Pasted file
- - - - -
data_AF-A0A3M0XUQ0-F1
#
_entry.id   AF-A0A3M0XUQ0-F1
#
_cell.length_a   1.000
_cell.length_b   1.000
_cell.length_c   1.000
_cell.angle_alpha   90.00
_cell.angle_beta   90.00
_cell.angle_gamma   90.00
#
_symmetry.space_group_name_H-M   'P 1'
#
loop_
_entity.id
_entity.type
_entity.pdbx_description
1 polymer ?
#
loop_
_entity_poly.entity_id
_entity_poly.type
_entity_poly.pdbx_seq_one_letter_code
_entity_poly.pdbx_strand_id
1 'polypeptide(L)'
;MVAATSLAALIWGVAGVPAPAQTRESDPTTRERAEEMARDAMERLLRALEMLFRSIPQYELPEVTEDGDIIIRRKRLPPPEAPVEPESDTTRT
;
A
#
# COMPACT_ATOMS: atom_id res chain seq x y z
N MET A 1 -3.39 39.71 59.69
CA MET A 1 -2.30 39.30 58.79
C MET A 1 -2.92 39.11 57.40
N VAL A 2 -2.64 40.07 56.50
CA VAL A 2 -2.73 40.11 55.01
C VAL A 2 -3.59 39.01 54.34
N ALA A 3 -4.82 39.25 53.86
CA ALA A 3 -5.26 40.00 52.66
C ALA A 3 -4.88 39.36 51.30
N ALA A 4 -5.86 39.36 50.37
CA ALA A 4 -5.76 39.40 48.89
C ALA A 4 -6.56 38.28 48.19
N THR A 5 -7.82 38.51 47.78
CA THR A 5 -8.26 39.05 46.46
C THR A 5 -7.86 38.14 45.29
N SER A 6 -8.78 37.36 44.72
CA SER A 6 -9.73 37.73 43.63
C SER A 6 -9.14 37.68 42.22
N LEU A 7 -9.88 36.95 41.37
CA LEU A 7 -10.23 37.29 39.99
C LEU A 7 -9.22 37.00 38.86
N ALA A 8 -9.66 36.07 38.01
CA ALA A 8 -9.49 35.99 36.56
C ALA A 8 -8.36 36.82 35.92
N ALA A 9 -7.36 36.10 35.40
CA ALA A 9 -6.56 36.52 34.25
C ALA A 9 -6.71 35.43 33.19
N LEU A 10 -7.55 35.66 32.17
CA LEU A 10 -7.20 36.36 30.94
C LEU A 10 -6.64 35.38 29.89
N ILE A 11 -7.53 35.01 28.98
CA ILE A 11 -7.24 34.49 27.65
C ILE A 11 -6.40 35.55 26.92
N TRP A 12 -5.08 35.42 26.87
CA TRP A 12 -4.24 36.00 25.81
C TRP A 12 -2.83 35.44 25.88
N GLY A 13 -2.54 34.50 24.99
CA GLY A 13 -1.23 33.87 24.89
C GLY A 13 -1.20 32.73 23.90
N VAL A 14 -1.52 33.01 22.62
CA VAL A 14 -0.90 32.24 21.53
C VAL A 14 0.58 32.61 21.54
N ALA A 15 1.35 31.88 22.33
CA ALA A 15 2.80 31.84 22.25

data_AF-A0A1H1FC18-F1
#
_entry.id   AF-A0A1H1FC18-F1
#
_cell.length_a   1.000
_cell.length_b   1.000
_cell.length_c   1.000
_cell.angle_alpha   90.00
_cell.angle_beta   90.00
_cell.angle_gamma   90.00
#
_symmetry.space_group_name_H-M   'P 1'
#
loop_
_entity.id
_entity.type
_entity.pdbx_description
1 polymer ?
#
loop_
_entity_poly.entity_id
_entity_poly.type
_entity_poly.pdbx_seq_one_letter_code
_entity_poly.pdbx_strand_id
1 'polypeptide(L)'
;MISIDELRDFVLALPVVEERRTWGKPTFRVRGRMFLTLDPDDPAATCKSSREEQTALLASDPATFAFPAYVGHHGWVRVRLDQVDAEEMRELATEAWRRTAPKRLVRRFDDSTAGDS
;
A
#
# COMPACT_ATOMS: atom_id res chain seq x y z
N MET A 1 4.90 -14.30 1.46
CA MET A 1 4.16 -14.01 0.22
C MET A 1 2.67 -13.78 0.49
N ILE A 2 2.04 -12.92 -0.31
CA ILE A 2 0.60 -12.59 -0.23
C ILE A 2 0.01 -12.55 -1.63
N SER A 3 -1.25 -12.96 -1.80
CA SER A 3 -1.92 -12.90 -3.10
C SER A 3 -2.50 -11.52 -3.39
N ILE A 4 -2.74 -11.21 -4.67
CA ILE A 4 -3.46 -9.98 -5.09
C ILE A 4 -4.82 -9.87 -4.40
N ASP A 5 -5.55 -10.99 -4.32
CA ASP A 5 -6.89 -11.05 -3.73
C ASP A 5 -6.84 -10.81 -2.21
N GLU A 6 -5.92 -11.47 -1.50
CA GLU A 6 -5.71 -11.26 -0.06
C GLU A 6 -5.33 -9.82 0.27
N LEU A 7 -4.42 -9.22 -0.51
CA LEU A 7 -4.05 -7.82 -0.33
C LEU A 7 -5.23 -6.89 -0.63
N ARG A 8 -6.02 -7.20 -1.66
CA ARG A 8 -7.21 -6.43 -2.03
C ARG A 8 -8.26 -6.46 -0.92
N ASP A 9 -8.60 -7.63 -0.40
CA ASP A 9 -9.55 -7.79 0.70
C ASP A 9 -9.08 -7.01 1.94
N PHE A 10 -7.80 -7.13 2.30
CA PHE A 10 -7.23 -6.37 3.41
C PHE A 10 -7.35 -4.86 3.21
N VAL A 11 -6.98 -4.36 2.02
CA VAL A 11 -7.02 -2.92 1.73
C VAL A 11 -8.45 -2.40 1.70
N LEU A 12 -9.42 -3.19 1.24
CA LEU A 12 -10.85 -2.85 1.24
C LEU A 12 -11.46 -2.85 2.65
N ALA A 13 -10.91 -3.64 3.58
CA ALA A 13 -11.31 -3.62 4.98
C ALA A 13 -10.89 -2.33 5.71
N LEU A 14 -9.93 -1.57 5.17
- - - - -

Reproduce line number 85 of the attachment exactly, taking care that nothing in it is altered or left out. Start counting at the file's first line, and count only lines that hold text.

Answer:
#